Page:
Toronto Film Festival: Jamie Foxx Makes His Case For an Oscar in ‘Just Mercy’
Strong performances by Jamie Foxx and Rob Morgan make Just Mercy a must watch film for the year and awards season. The Destin Daniel Cretton directed Just Mercy is based off the life and experiences of Bryan Stevenson (as well as the book he wrote) detailing his beginnings as a lawyer fighting for justice for the disenfranchised in Alabama. The movie focuses mostly on Stevenson’s (Michael B Jordan) fight to get Walter McMillian (Jamie Foxx) off of death row for a crime he didn’t commit. This film is a powerful statement against not only injustices in the US criminal system but also why the death penalty is cruel and unusual punishment and should be abolished.
Other civil rights lawyer dramas make the mistake of forgetting who the real victims are. Yes, being a black lawyer fighting for justice for black people in the Deep South is clearly not without its danger. And while Just Mercy shows that, it also makes clear that the entire McMillan family were victims of such an egregious miscarriage of justice. There’s a moment where John McMillan (C.J. LeBlanc), Walter’s son, says that the entire family is serving on death row along with Walter. The emotional connection to the film is amplified because the generational effects of the injustice are seen and felt.
The emotional connection of this film is driven home thanks to several powerful performances. As I said in my quick thoughts on the film, Jamie Foxx’s performance as Walter McMillan should solidify him in any best supporting actor race come award time. Foxx seems to be one of those actors that flies under the radar but it’s hard to think of a time he didn’t put his all into a role. On the scale of Tears of Black Actors, Will Smith and Denzel Washington have stood alone at the top for a while now, but Jamie Foxx makes a great case for why he needs to be included in those ranks. Rob Morgan also puts in an amazing performance as Herbert Richardson another inmate on death row that Stevenson is trying to save. Between Foxx and Morgan, audiences will find themselves struggling to hold back tears.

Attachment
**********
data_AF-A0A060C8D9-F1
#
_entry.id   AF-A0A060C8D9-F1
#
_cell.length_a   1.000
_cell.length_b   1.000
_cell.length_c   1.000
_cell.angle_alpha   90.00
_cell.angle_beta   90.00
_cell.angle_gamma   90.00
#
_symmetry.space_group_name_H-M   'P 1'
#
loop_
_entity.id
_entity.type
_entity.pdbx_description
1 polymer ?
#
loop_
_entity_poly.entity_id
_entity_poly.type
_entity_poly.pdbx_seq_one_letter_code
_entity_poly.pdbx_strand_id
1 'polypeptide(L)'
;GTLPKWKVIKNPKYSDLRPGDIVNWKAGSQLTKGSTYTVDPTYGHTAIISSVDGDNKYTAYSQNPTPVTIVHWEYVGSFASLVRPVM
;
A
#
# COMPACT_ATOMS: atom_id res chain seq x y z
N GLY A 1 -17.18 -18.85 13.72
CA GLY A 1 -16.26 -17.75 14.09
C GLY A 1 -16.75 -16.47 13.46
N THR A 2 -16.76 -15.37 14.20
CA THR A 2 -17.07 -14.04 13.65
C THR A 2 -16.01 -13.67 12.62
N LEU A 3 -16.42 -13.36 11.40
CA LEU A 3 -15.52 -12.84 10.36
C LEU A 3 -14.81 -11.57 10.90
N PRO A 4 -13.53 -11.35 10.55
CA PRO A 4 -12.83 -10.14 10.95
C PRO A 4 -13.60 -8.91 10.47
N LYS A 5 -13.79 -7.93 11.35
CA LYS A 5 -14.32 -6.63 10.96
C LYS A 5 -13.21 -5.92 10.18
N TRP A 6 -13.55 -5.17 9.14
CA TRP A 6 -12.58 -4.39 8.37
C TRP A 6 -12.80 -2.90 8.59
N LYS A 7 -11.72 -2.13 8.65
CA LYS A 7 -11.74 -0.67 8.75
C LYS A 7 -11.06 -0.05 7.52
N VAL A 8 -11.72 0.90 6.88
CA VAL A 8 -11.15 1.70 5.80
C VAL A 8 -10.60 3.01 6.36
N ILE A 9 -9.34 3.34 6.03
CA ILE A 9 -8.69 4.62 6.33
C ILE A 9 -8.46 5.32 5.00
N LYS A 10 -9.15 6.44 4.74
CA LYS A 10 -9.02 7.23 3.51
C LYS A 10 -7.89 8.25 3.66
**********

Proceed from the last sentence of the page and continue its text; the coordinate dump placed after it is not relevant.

After taking a few days to think about it, I still feel that Michael B. Jordan was miscast but it does not bother me as much as say, Chadwick Boseman in Marshall. Jordan definitely has his moments, like when a racist guard forces him to strip down to be searched before entering the jail to speak to his clients. The problem for me is that while Jordan is the lead of this movie, it is the supporting cast that does most of the heavy lifting. And not just Foxx and Morgan. Karan Kendrick plays Walter’s wife Minnie and shows how black women were required to put on a good face and be strong for their entire family while suffering inside. Jordan is fine but it is the supporting cast that makes Just Mercy a powerful piece of cinema.
It’s hard to not get emotional as Just Mercy goes on. There’s a sense of hopelessness that comes from seeing blatant injustices occurring, not as some random occurrence but as a matter of policy. As an African American this isn’t new. With any other background I might consider some of the portrayals of officers of the law as almost cartoon villains. Surely there’s no way officers of the law, both police and judges, could behave so callously for the law. However, we know this behavior is not a made-up work of fiction. We know these kinds of blatant disregard for the rules of law happened all the time and the results are generations of black families broken apart and destroyed.
Just Mercy isn’t going to change anyone’s minds or open any eyes to the injustices of the death penalty and the criminal justice system at large. We’ve been down this road before and nothing here is new. However, that doesn’t mean this isn’t a powerfully emotional film that everyone should watch.
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